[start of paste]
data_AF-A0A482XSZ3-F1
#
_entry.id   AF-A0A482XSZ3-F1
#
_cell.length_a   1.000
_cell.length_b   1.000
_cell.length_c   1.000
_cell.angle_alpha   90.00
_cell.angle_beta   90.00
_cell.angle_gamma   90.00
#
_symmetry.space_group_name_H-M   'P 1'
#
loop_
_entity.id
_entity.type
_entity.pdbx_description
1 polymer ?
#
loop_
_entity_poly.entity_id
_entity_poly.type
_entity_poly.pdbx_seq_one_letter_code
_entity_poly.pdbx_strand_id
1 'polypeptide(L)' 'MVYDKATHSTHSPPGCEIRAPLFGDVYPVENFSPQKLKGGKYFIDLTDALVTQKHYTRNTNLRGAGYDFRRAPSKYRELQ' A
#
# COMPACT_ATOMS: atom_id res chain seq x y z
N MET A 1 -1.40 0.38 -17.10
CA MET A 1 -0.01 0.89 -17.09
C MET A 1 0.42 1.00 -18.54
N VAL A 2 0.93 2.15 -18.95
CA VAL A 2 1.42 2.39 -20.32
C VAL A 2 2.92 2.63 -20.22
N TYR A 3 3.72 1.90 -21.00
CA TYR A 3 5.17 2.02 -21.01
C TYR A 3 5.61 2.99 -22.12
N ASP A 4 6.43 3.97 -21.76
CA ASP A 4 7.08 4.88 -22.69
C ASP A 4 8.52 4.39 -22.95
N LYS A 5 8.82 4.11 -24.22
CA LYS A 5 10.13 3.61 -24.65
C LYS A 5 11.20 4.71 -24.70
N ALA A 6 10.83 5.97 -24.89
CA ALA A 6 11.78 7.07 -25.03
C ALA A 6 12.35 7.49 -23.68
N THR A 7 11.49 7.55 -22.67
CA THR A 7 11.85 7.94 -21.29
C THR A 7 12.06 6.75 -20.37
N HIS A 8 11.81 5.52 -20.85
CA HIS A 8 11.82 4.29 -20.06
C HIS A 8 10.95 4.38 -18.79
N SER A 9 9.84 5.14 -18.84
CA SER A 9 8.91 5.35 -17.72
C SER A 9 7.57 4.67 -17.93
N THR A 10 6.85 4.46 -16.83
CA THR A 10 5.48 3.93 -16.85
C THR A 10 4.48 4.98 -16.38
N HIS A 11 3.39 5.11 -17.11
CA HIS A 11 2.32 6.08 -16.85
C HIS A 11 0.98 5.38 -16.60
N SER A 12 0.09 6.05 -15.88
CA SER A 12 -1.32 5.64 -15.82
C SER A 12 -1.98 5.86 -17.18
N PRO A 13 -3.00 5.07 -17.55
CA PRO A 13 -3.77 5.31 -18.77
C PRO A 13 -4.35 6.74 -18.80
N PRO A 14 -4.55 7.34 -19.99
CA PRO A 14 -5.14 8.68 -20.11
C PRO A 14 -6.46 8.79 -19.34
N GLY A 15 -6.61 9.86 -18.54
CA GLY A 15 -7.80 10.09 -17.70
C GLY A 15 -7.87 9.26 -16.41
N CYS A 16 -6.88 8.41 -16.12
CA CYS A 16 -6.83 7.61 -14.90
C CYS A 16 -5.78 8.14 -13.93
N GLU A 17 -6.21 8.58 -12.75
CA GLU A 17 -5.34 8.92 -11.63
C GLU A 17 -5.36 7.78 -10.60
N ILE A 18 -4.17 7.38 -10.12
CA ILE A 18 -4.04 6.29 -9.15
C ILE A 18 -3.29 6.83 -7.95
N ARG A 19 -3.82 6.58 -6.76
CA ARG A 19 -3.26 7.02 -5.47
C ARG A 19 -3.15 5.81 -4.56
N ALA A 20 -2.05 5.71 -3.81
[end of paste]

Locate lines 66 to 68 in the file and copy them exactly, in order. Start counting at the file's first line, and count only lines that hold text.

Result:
C PRO A 13 -4.35 6.74 -18.80
N PRO A 14 -4.55 7.34 -19.99
CA PRO A 14 -5.14 8.68 -20.11